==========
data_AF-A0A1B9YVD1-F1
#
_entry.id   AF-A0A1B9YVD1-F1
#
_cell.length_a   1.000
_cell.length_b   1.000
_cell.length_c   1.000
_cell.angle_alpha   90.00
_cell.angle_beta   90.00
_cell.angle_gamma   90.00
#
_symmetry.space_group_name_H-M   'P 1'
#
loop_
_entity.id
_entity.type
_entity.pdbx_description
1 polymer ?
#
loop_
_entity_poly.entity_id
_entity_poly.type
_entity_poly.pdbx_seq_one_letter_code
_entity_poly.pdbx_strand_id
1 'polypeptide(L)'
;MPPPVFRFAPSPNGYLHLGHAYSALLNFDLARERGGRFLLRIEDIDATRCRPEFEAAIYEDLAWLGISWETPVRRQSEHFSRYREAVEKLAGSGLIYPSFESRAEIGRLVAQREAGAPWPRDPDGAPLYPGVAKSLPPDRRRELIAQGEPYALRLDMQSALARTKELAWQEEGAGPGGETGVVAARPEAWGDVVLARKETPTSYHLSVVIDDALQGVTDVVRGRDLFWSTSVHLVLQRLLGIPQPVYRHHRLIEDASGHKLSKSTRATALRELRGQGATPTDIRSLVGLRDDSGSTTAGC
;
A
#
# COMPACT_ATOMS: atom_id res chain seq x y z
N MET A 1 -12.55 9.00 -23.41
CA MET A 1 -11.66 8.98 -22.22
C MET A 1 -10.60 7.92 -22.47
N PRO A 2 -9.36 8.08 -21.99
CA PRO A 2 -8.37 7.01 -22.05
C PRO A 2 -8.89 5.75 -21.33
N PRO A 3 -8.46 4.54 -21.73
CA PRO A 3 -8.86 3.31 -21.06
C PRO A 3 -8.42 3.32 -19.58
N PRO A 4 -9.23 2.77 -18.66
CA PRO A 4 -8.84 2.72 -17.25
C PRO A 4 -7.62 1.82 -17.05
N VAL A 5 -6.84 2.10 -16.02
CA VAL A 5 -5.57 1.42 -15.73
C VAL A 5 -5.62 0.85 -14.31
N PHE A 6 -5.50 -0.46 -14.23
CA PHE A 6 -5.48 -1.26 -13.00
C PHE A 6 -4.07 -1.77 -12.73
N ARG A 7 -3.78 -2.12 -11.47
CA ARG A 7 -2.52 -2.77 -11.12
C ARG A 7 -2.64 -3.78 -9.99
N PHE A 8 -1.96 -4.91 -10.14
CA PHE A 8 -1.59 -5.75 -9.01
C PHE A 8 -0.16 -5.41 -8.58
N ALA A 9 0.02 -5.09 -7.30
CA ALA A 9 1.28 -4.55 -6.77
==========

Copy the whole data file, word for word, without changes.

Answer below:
data_AF-A0A1B9YVD1-F1
#
_entry.id   AF-A0A1B9YVD1-F1
#
_cell.length_a   1.000
_cell.length_b   1.000
_cell.length_c   1.000
_cell.angle_alpha   90.00
_cell.angle_beta   90.00
_cell.angle_gamma   90.00
#
_symmetry.space_group_name_H-M   'P 1'
#
loop_
_entity.id
_entity.type
_entity.pdbx_description
1 polymer ?
#
loop_
_entity_poly.entity_id
_entity_poly.type
_entity_poly.pdbx_seq_one_letter_code
_entity_poly.pdbx_strand_id
1 'polypeptide(L)'
;MPPPVFRFAPSPNGYLHLGHAYSALLNFDLARERGGRFLLRIEDIDATRCRPEFEAAIYEDLAWLGISWETPVRRQSEHFSRYREAVEKLAGSGLIYPSFESRAEIGRLVAQREAGAPWPRDPDGAPLYPGVAKSLPPDRRRELIAQGEPYALRLDMQSALARTKELAWQEEGAGPGGETGVVAARPEAWGDVVLARKETPTSYHLSVVIDDALQGVTDVVRGRDLFWSTSVHLVLQRLLGIPQPVYRHHRLIEDASGHKLSKSTRATALRELRGQGATPTDIRSLVGLRDDSGSTTAGC
;
A
#
# COMPACT_ATOMS: atom_id res chain seq x y z
N MET A 1 -12.55 9.00 -23.41
CA MET A 1 -11.66 8.98 -22.22
C MET A 1 -10.60 7.92 -22.47
N PRO A 2 -9.36 8.08 -21.99
CA PRO A 2 -8.37 7.01 -22.05
C PRO A 2 -8.89 5.75 -21.33
N PRO A 3 -8.46 4.54 -21.73
CA PRO A 3 -8.86 3.31 -21.06
C PRO A 3 -8.42 3.32 -19.58
N PRO A 4 -9.23 2.77 -18.66
CA PRO A 4 -8.84 2.72 -17.25
C PRO A 4 -7.62 1.82 -17.05
N VAL A 5 -6.84 2.10 -16.02
CA VAL A 5 -5.57 1.42 -15.73
C VAL A 5 -5.62 0.85 -14.31
N PHE A 6 -5.50 -0.46 -14.23
CA PHE A 6 -5.48 -1.26 -13.00
C PHE A 6 -4.07 -1.77 -12.73
N ARG A 7 -3.78 -2.12 -11.47
CA ARG A 7 -2.52 -2.77 -11.12
C ARG A 7 -2.64 -3.78 -9.99
N PHE A 8 -1.96 -4.91 -10.14
CA PHE A 8 -1.59 -5.75 -9.01
C PHE A 8 -0.16 -5.41 -8.58
N ALA A 9 0.02 -5.09 -7.30
CA ALA A 9 1.28 -4.55 -6.77